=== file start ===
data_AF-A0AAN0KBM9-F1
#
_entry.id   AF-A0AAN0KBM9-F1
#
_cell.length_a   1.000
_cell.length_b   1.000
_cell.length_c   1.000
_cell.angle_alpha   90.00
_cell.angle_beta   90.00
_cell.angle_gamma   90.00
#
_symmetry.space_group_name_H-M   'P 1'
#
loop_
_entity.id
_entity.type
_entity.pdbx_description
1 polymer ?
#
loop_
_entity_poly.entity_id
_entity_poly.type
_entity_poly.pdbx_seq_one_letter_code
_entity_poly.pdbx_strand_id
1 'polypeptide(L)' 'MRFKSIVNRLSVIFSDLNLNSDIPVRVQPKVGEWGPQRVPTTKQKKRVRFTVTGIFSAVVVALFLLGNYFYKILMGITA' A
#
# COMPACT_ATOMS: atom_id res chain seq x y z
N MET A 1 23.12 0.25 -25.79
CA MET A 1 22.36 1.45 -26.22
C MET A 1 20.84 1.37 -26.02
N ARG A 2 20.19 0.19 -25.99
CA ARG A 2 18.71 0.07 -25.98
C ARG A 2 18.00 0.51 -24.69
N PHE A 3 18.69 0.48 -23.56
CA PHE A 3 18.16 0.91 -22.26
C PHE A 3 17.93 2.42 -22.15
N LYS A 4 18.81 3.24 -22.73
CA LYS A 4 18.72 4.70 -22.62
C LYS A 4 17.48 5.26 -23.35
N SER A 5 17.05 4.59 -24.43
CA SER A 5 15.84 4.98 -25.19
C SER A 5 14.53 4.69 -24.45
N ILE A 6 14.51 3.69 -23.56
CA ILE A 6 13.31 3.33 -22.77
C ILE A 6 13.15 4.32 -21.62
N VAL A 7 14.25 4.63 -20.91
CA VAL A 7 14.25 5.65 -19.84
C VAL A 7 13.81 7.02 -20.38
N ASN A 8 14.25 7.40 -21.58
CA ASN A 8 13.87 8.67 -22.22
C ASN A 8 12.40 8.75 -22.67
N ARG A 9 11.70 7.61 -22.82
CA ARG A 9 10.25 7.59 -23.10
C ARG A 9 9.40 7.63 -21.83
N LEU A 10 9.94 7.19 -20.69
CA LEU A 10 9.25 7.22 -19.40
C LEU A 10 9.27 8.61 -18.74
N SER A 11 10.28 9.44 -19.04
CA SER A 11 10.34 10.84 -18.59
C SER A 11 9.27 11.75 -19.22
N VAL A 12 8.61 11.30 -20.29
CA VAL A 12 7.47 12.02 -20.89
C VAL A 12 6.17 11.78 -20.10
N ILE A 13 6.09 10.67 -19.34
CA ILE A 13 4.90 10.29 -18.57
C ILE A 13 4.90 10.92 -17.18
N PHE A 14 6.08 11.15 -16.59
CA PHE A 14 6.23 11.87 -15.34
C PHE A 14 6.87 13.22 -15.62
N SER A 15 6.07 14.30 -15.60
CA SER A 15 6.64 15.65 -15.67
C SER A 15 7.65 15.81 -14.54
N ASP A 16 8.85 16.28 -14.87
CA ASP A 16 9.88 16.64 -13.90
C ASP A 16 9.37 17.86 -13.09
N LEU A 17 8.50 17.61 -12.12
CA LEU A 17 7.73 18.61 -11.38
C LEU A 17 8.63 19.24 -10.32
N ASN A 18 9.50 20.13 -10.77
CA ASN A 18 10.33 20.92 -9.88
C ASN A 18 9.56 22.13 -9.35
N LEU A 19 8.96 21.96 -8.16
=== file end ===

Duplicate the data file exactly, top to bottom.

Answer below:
data_AF-A0AAN0KBM9-F1
#
_entry.id   AF-A0AAN0KBM9-F1
#
_cell.length_a   1.000
_cell.length_b   1.000
_cell.length_c   1.000
_cell.angle_alpha   90.00
_cell.angle_beta   90.00
_cell.angle_gamma   90.00
#
_symmetry.space_group_name_H-M   'P 1'
#
loop_
_entity.id
_entity.type
_entity.pdbx_description
1 polymer ?
#
loop_
_entity_poly.entity_id
_entity_poly.type
_entity_poly.pdbx_seq_one_letter_code
_entity_poly.pdbx_strand_id
1 'polypeptide(L)' 'MRFKSIVNRLSVIFSDLNLNSDIPVRVQPKVGEWGPQRVPTTKQKKRVRFTVTGIFSAVVVALFLLGNYFYKILMGITA' A
#
# COMPACT_ATOMS: atom_id res chain seq x y z
N MET A 1 23.12 0.25 -25.79
CA MET A 1 22.36 1.45 -26.22
C MET A 1 20.84 1.37 -26.02
N ARG A 2 20.19 0.19 -25.99
CA ARG A 2 18.71 0.07 -25.98
C ARG A 2 18.00 0.51 -24.69
N PHE A 3 18.69 0.48 -23.56
CA PHE A 3 18.16 0.91 -22.26
C PHE A 3 17.93 2.42 -22.15
N LYS A 4 18.81 3.24 -22.73
CA LYS A 4 18.72 4.70 -22.62
C LYS A 4 17.48 5.26 -23.35
N SER A 5 17.05 4.59 -24.43
CA SER A 5 15.84 4.98 -25.19
C SER A 5 14.53 4.69 -24.45
N ILE A 6 14.51 3.69 -23.56
CA ILE A 6 13.31 3.33 -22.77
C ILE A 6 13.15 4.32 -21.62
N VAL A 7 14.25 4.63 -20.91
CA VAL A 7 14.25 5.65 -19.84
C VAL A 7 13.81 7.02 -20.38
N ASN A 8 14.25 7.40 -21.58
CA ASN A 8 13.87 8.67 -22.22
C ASN A 8 12.40 8.75 -22.67
N ARG A 9 11.70 7.61 -22.82
CA ARG A 9 10.25 7.59 -23.10
C ARG A 9 9.40 7.63 -21.83
N LEU A 10 9.94 7.19 -20.69
CA LEU A 10 9.25 7.22 -19.40
C LEU A 10 9.27 8.61 -18.74
N SER A 11 10.28 9.44 -19.04
CA SER A 11 10.34 10.84 -18.59
C SER A 11 9.27 11.75 -19.22
N VAL A 12 8.61 11.30 -20.29
CA VAL A 12 7.47 12.02 -20.89
C VAL A 12 6.17 11.78 -20.10
N ILE A 13 6.09 10.67 -19.34
CA ILE A 13 4.90 10.29 -18.57
C ILE A 13 4.90 10.92 -17.18
N PHE A 14 6.08 11.15 -16.59
CA PHE A 14 6.23 11.87 -15.34
C PHE A 14 6.87 13.22 -15.62
N SER A 15 6.07 14.30 -15.60
CA SER A 15 6.64 15.65 -15.67
C SER A 15 7.65 15.81 -14.54
N ASP A 16 8.85 16.28 -14.87
CA ASP A 16 9.88 16.64 -13.90
C ASP A 16 9.37 17.86 -13.09
N LEU A 17 8.50 17.61 -12.12
CA LEU A 17 7.73 18.61 -11.38
C LEU A 17 8.63 19.24 -10.32
N ASN A 18 9.50 20.13 -10.77
CA ASN A 18 10.33 20.92 -9.88
C ASN A 18 9.56 22.13 -9.35
N LEU A 19 8.96 21.96 -8.16